Article 6 of the GDPR sets out six ‘lawful bases’ for processing personal data. At least one of these must apply in order for data to be processed lawfully. Without a lawful basis then the organisation and the processing does not comply with Article 5’s principles of lawfulness and accountability.
If an organisation cannot demonstrate that one of the six bases applies, then processing those data is unlawful….
So it is very important!
For an organisation to use consent as a lawful basis, data subjects (that’s you and I) must agree to their personal data being processed. They must have a free choice over whether or not they have to provide their consent.
- Consent requests must be clear, unambiguous and separate from other terms
- Individuals must actively opt in by ticking a box, signing a document, providing an affirmative response to a verbal statement etc.
- If a new purpose for processing arises, new consent must be requested from individuals
- Consent must be as easy to withdraw was to give
- Evidence of consent must be recorded (when, where and how it was given)
Data can be processed if the data is necessary to perform a contract with the data subject. It is acceptable to process the data before the contract is entered into (e.g. providing an insurance quote) provided the information has been requested by the data subject.
- Processing must be “necessary”. The processing must be a reasonable and proportionate way of achieving the purpose
- If the data subject is less than 18 years old, then an organisation must ensure the individual is sufficiently competent to enter into the contract
- The individual’s right to object does not apply if Contract is identified as the legal basis for processing. Similarly, the individual’s right not to be subject to a decision based solely on automated processing does not apply
- Legal Obligation
If processing personal data is required to comply with a common law or statutory obligation under UK or EU law then this is considered a lawful basis providing that:
- The organisation’s overall purpose in processing is to comply with the legal obligation
- The legal obligation is identifiable in a specific provision or official guidance document
- Processing is necessary
The individual’s right to erasure, data portability and the right to object does not apply when Legal Obligation is defined as the basis for processing
- Vital Interests
If the data processing is in the Vital Interests of the data subject then this is a lawful basis. This basis is likely only to apply in emergency medical situations where processing medical data is required to protect a person’s life, or the life of another person, but the individual is unable to give consent.
If it is possible to protect the person’s vital interests in an alternative and less intrusive way, then this basis does not apply.
You cannot rely on this basis for health or other special category data (see GDPR Article 9) if the individual is capable of providing their consent, even if they refuse to provide their consent.
- Public Task
If processing personal data is required ‘in the exercise of official duty’ or to perform a specific task in the public interest that is set out in law then this is legal.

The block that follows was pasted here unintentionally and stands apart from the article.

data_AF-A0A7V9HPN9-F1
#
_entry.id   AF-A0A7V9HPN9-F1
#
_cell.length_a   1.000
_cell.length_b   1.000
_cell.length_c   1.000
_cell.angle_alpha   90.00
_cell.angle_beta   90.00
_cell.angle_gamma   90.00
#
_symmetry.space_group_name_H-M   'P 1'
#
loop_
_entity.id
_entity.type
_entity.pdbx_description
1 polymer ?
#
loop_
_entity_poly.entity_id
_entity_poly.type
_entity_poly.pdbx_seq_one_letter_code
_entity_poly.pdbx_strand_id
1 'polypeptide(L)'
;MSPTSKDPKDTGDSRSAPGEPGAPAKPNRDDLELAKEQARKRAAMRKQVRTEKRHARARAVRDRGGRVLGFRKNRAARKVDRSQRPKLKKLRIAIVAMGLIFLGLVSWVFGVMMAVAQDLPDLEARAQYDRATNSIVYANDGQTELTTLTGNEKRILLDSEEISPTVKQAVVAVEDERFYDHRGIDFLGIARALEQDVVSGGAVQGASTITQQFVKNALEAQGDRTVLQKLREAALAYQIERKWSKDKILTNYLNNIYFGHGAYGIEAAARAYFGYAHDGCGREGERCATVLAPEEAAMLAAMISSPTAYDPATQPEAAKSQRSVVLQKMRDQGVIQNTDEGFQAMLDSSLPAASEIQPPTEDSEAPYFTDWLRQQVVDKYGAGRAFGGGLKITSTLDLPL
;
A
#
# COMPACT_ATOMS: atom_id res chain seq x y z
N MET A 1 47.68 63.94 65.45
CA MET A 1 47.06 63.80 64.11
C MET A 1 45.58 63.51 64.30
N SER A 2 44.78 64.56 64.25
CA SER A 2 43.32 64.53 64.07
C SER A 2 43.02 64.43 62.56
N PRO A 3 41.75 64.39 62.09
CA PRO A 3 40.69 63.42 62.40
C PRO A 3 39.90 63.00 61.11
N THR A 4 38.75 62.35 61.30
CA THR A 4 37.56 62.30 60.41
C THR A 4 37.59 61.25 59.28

- This basis is mostly used by public authorities, however it can also apply to private organisations that carry out duties ‘in the public interest’ (such as a college).
- Processing must be necessary
- In this case individuals do not have the right to erasure or data portability
- Legitimate Interests (LI)
Legitimate Interest is arguably the most flexible lawful basis, but organisations using is must be able to demonstrate a balance between their interest to process an individual’s data and the individual’s reasonable expectations for you to do so.
Whenever legitimate interest is used as a basis then a three-part balancing test should be applied to justify doing so. In conducting the balancing test the following should be considered:
- Establishing a legitimate interest:
- What are the benefits for the company/individual/wider society?
- How important are the benefits?
- Is the interest ethical and lawful?
- Establishing necessity:
- Is the processing reasonable and proportionate?
- Does the processing benefit the legitimate interest?
- Individuals’ interests v legitimate interest:
- Do the individual’s interests outweigh the legitimate interest?
Only where it can be demonstrated that there is a balance of the interests between the data subject and the organisation can LI be considered a lawful basis for processing.
Documenting the Lawful Basis
Once an organisation has established a lawful basis, then this must be documented in the privacy notice.
Impact on Individual Rights
The lawful basis identified directly affects which of the rights an individual is able to exercise in respect of the data. The table below indicates which rights can be exercised according to the lawful basis applied.
|Right to Erasure||Right to Portability||Right to Object|
Deciding on the Lawful Basis
Designating the appropriate lawful basis for processing to each of your datasets and the categories of data they contain is not straightforward. The ICO does provide an interactive guidance tool, however making the right decision requires a thorough understanding of the requirements of the regulation as well as the manner in which the data will be used. We would recommend that a suitably qualified Data Protection Officer (DPO) assist you in making this decision, most likely as part of an Impact Assessment of your wider data landscape. For further assistance please Contact us